And what you can do about it right now!
Lots of people have a problem with clutter. Whether you love to shop and need that extra pair of shoes or you hold onto things and can’t seem to throw them away, we all have some clutter in our lives that we would love to take care of. A little clutter is ok. I’m talking about lots of clutter that starts taking over the whole house and your life. That kind of clutter is probably making you sick.
Physically and mentally, clutter is not good for you. Mentally, clutter and hoarding can lead to depression. Things can feel out of control when you have a house in chaos. You can’t find anything, like your car keys, which leads you to be late all the time. Friends don’t want to come over, which leads to loneliness. And many people who have a lot of clutter, have expressed a sense of suffocation, of everything closing in on them.
On the physical side, your clutter is literally suffocating you. A cluttered house can not be cleaned properly, which means dust piles up on everything. And you are breathing it in.
Dust is actually getting dirtier. Sure, we know it consists of sloughed-off skin cells, dust mites and bits of bugs (*shudder*), but increasingly it can contain many of the toxic chemicals found in our environment.
My client The Hoarder’s husband had terrible bouts of lung infections and breathing problems for years.
Clearing the clutter in your home is very important. But what if you’re not ready to start decluttering but still want to feel better now? Here’s what can you do right now if you suspect your clutter is making you sick:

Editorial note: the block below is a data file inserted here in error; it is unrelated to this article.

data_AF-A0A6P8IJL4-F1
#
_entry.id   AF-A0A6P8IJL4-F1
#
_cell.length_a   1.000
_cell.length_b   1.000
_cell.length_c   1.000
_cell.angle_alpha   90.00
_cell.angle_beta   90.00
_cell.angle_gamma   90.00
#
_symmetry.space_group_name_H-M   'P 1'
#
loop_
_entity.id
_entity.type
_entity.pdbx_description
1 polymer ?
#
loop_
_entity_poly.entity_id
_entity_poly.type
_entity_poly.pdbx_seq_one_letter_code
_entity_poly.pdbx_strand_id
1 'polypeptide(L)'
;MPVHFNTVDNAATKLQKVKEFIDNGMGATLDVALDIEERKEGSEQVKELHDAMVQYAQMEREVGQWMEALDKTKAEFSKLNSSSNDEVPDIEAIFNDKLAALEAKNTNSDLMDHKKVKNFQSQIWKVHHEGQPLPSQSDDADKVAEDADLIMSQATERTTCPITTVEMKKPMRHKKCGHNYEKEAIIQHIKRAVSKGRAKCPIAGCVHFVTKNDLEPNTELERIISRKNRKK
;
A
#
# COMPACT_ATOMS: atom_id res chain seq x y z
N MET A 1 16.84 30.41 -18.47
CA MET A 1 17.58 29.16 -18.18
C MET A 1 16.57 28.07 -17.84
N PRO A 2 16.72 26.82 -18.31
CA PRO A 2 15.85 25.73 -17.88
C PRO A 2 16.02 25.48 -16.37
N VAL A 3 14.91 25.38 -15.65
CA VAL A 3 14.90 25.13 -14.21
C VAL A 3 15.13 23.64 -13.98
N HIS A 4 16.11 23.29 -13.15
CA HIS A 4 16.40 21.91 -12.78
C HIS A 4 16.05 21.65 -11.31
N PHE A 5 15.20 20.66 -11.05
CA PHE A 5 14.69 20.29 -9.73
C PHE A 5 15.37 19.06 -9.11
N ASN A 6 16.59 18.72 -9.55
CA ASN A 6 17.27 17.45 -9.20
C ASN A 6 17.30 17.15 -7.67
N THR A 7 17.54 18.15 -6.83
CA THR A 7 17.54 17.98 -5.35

1. Open the windows
Airing out the house does wonders for you mentally and physically. It lets out stagnant air and microscopic particles and lets in the fresh air. I know it’s tough in colder climates, but even if you leave several windows cracked for 20 minutes a day to increase the airflow, it will be beneficial.
If you don’t want to heat or cool the outside, as my Dad would always say, at least open the blinds or curtains and let the sunshine in. Sunshine has been proven to kill bacteria that lives in dust. It even kills Covid-19.
2. Try to dust as best as you can
Even if you are dusting your cardboard boxes that line the hall, it’s a good idea to get as much dust up as you can. I like to use Swiffer Dusters. It traps the dust on the duster instead of just spreading it around. And you may need a long extension. That way you can get those hard-to-reach places. And if you have a lot of clutter, I guarantee you have a lot of hard to reach places. Swiffer has a good starter kit HERE. A good microfiber cloth works well too.
And don’t forget about the floors. That’s where most of the dust settles. Again, Swiffer has the goods on tackling dust. The Swiffer Sweeper is great for getting under furniture. And their new Heavy Duty Pet pads trap everything they comes in contact with.
3. Get an air purifier
I think everyone should have an air purifier in their home. Especially with the amount of toxins that are in our houses these days. Everything from the paint on the walls to your furniture has toxins in them, which in turn leach out into the air in your home. A quality air purifier sanitizes the air and removes toxins, allergens and many other pollutants. Air Doctor has some of the best air purifiers on the market.
If you can’t afford an air purifier, get some houseplants. They do a great job of filtering the air. Here is a list of the ten most effective houseplants at filtering air.
So if you’re not ready to clear the clutter, but want to start feeling better right now, these tips will help you on your way. And when you do want to start decluttering, check out Learn How to Organize and Declutter in 15 Minutes. It’s a quick read and simple decluttering method.